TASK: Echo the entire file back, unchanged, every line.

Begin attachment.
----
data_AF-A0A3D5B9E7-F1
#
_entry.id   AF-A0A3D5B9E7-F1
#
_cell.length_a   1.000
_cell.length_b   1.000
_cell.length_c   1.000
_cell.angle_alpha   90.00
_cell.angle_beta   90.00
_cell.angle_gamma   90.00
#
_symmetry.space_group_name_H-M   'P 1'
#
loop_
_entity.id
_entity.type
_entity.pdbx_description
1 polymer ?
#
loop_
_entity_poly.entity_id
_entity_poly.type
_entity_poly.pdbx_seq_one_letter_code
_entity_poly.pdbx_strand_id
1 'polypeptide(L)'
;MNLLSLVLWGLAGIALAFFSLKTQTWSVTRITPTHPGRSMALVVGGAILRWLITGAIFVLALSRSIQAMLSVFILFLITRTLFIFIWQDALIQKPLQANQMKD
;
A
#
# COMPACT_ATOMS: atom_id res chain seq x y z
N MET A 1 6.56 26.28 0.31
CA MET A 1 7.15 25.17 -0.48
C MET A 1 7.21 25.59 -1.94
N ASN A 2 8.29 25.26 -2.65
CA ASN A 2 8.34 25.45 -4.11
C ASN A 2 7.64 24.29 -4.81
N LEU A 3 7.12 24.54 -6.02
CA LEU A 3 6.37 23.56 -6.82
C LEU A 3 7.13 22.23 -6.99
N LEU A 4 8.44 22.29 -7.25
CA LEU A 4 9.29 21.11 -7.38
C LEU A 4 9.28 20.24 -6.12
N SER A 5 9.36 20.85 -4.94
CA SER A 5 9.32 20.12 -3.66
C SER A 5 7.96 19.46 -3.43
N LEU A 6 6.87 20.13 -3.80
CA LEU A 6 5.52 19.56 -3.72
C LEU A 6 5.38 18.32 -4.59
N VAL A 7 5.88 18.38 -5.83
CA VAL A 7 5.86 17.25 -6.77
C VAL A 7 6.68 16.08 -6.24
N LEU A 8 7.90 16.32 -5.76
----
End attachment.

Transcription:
data_AF-A0A3D5B9E7-F1
#
_entry.id   AF-A0A3D5B9E7-F1
#
_cell.length_a   1.000
_cell.length_b   1.000
_cell.length_c   1.000
_cell.angle_alpha   90.00
_cell.angle_beta   90.00
_cell.angle_gamma   90.00
#
_symmetry.space_group_name_H-M   'P 1'
#
loop_
_entity.id
_entity.type
_entity.pdbx_description
1 polymer ?
#
loop_
_entity_poly.entity_id
_entity_poly.type
_entity_poly.pdbx_seq_one_letter_code
_entity_poly.pdbx_strand_id
1 'polypeptide(L)'
;MNLLSLVLWGLAGIALAFFSLKTQTWSVTRITPTHPGRSMALVVGGAILRWLITGAIFVLALSRSIQAMLSVFILFLITRTLFIFIWQDALIQKPLQANQMKD
;
A
#
# COMPACT_ATOMS: atom_id res chain seq x y z
N MET A 1 6.56 26.28 0.31
CA MET A 1 7.15 25.17 -0.48
C MET A 1 7.21 25.59 -1.94
N ASN A 2 8.29 25.26 -2.65
CA ASN A 2 8.34 25.45 -4.11
C ASN A 2 7.64 24.29 -4.81
N LEU A 3 7.12 24.54 -6.02
CA LEU A 3 6.37 23.56 -6.82
C LEU A 3 7.13 22.23 -6.99
N LEU A 4 8.44 22.29 -7.25
CA LEU A 4 9.29 21.11 -7.38
C LEU A 4 9.28 20.24 -6.12
N SER A 5 9.36 20.85 -4.94
CA SER A 5 9.32 20.12 -3.66
C SER A 5 7.96 19.46 -3.43
N LEU A 6 6.87 20.13 -3.80
CA LEU A 6 5.52 19.56 -3.72
C LEU A 6 5.38 18.32 -4.59
N VAL A 7 5.88 18.38 -5.83
CA VAL A 7 5.86 17.25 -6.77
C VAL A 7 6.68 16.08 -6.24
N LEU A 8 7.90 16.32 -5.76